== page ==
Published Date: March 12, 2012

I thought “Don’t take it personally” was one of my biggest learnings while working at Zillow. Those that know me know I give a shit about everything I do (and looking to find more people who do). At Zillow, I took my job home with me every night — it was not uncommon to see me on email much of the evening and often late into the night. Why? Because I cared. During my 4 1/2 years at the big Z, I handled countless phone calls from home owners and agents who had a “problem” with their Zestimate, their neighbor’s Zestimate, or their clients Zestimate in the case of real estate agents. As a result, especially at first, I found it extremely hard not to carry those Zestimate conversations home with me. But, eventually, I learned to leave those conversations where they belong — at work.

Part of that progression was that I considered the vast majority of those individuals I spoke with irrational. If I truly believed their side of the story, maybe I wouldn’t have even worked at Zillow. But I believe transparency in the housing market is a good thing — and anyone that thinks a Zestimate is the end all, be all for what their home (or any home) is worth is clearly not all there. I mean, who in their right mind would call to complain about their 4 million dollar home being undervalued by $300k? Or who really cares if their neighborhors Zestimate is $40k above theirs? So why burden myself unnecessarily with feeling bad about giving the person on the other end of the line a dose of reality?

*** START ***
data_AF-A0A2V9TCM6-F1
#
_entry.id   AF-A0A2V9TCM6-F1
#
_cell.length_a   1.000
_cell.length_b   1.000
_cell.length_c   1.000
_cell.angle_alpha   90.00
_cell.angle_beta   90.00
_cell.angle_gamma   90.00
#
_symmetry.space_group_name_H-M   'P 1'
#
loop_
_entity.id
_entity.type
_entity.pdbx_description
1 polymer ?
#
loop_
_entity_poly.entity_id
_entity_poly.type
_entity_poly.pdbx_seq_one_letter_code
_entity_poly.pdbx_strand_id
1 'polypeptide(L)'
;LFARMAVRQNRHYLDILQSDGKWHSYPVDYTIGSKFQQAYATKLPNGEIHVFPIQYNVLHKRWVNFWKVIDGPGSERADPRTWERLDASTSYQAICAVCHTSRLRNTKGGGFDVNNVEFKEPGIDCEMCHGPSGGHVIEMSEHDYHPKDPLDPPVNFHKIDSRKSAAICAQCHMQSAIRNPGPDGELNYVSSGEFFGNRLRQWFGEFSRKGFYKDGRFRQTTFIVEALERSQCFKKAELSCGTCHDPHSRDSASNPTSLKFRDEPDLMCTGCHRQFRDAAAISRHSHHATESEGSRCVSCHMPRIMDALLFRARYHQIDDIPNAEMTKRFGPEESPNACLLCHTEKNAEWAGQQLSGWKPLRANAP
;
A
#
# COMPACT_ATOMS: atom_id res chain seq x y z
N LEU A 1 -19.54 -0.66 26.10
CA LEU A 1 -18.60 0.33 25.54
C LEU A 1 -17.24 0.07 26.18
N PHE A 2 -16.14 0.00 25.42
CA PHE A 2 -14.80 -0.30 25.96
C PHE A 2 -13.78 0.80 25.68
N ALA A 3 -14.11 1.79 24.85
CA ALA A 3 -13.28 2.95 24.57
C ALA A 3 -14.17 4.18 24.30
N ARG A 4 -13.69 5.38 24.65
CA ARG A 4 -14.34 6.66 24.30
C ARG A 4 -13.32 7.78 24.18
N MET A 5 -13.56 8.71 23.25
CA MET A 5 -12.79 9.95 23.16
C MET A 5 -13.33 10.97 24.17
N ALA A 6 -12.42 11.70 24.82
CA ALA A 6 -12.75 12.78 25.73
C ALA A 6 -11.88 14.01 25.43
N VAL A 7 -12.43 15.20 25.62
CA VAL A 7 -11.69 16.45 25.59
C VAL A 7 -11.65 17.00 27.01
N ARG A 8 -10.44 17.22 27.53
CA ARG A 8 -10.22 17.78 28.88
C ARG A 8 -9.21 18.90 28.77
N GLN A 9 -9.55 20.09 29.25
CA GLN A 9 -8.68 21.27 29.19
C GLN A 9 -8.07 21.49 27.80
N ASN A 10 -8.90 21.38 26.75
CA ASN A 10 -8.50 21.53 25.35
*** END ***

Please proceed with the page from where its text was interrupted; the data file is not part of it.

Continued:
That said, Seth Godin writing the following makes me think a bit.

Via Seth Godin

It’s too easy to blame the organization and the system and the bottom line for decisions that a person would never be willing to take responsibility for.

Whenever you can, work with people who take it personally.

Maybe the fact that I had to try really damn hard not to take those “Zestimate” phone calls from irate, irrational home owners and agents personally means I’m in this group of people worth working with.

Maybe instead of rationalizing not taking (some) things personally, I should embrace the fact that I fall in the bucket of people who can’t help but to take everything I do personally.

Or maybe there is a line in the sand somewhere in the middle?